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Sympathy for Gaza?

June 4, 2018

For the past several weeks a human tragedy has been playing out day after day at the border between the Gaza Strip and Israel. Tens of thousands of Palestinians have been coming to the border to protest. They are protesting the desperation and poverty they live in, protesting the blockade imposed by Israel, protesting the recent opening of the U.S. embassy to Israel in the disputed city of Jerusalem, and protesting for the right to return to their lands and homes in Israel.

Most of the marchers are unarmed and nonviolent. Some youth throw stones toward the Israeli Defense Forces on the other side of the border. Some set tires on fire and roll them toward the fence. Some have tried breaking through the fence. No Israelis have been harmed. In response, the Israeli Defense Forces have been using tear gas to disperse the protesters, or shooting with live ammunition at the legs of those who approach the fence. As a result, thousands have been wounded, and well over a hundred have died–including children, women, a medic, and a journalist.

The response I’ve been hearing from people living around me has been mixed. Most, however, have little to no sympathy for the protesters. They point out that Gaza is in the deplorable state it is in because the Palestinians who live there elected the terrorist organization Hamas to represent them. Hamas is publicly dedicated to the utter destruction of Israel, and over the years it has been responsible for many of the most bloody terrorist attacks against Israelis. In addition, Hamas periodically (and currently) fires rockets into Israel, and has also been sending kites rigged with burning rags to set fire to forests and agricultural fields in Israel. Hamas has been using the protests for its own ends, to stoke anger at Israel, and it uses the protesters as human shields as it tries to get through the security fence. The reason Israel blockades the Gaza Strip is to try to prevent Hamas from receiving more weapons and materials for building tunnels to attack Israel. So the Palestinians have only themselves to blame for their situation.

As far as I am aware, that information is largely–maybe completely–correct. But I think we need to keep some other important pieces of information in mind as well:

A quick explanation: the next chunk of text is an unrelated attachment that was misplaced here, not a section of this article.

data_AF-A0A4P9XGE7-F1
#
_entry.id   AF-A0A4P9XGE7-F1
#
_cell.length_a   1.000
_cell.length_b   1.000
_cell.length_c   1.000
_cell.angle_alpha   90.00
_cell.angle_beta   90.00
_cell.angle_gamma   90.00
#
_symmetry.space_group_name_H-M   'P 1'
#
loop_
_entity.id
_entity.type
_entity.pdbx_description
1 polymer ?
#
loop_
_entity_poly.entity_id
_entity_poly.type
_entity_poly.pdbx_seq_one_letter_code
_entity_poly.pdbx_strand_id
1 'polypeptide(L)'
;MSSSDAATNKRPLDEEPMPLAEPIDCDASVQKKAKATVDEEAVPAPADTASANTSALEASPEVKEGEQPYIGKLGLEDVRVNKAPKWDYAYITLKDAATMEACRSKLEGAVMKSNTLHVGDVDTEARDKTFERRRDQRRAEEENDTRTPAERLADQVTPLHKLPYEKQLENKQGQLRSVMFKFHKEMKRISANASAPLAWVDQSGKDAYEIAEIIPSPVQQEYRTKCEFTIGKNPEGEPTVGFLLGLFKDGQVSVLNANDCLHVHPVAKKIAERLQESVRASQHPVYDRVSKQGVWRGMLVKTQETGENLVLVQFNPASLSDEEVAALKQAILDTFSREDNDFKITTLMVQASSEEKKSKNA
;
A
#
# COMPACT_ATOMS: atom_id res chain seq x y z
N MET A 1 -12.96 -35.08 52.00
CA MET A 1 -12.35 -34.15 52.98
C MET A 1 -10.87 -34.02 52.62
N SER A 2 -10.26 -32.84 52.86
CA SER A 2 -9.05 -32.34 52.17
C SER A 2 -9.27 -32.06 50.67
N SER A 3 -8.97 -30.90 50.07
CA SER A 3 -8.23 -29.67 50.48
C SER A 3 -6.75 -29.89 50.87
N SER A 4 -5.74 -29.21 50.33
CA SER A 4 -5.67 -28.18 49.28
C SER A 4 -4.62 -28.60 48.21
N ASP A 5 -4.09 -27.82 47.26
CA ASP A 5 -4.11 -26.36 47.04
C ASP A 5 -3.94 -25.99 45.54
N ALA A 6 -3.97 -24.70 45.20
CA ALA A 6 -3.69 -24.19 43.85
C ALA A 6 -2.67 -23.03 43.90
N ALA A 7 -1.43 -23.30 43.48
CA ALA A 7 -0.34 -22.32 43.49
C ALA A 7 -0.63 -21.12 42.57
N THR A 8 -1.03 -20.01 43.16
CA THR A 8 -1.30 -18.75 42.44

• Hamas won elections in 2006 because the Palestinian Authority was generally seen as corrupt, and Hamas had a better track record of providing social services. The election of Hamas in the Gaza Strip does not mean the Palestinians living in Gaza favor terrorism or are terrorists.
  • The protests and marches along the border in Gaza were initiated by the Palestinian people, not Hamas. Hamas may be trying to use the protests for its own ends, but the protests themselves are an expression of real and widespread grievances against Israel.
  • The population of the Gaza Strip is made up primarily of refugees (and their descendants) who fled from their homes in 1948 due to war and acts of terror by Jewish forces. They are now people without citizenship and without a state. Israel refuses to let them return to their homes (so as to maintain a Jewish majority in Israel). It is politically unrealistic that Palestinians will ever be given the right to return to their homes (homes which have either been destroyed or taken over by Jewish families), but they have never been compensated for their losses, and the Israeli government has never acknowledged the wrong done to them.
  • It is against international norms to fire live ammunition at protesters who are posing no immediate threat. Israel’s response to a largely nonviolent protest has been harsh and violent, resulting in the deaths and serious injury of many innocent people.
  • Until we have lived in the shoes of Palestinians living in the Gaza Strip, we are not likely to understand and fully appreciate their plight, and we should be slow to be dismissive.

The journalist Thomas Friedman has suggested that the Palestinians in Gaza would have a much more effective protest if they held signs saying, “Two states for two peoples.” In other words, if the Palestinians in Gaza would visibly show they are renouncing the aims of Hamas to destroy Israel, this would put moral and political pressure on Israel to get serious about peace negotiations.

No nation is perfect. Israel was founded on contradictions–but so was the United States. Despite its unjust  policies (such as building Jewish settlements in the West Bank), Israel is a remarkable nation serving the Jewish people and seeking to be a just democracy. Let’s support Israel and its very legitimate security needs. But let us also support the Palestinians and their very legitimate desire for equal rights and self-determination. The path forward must be a commitment to nonviolence by Israelis and Palestinians, a willingness to acknowledge the pain and injustices suffered by both sides, and a solution grounded in compassion and fairness. An impossible task? At the moment, yes. So let’s begin by changing attitudes on both sides.


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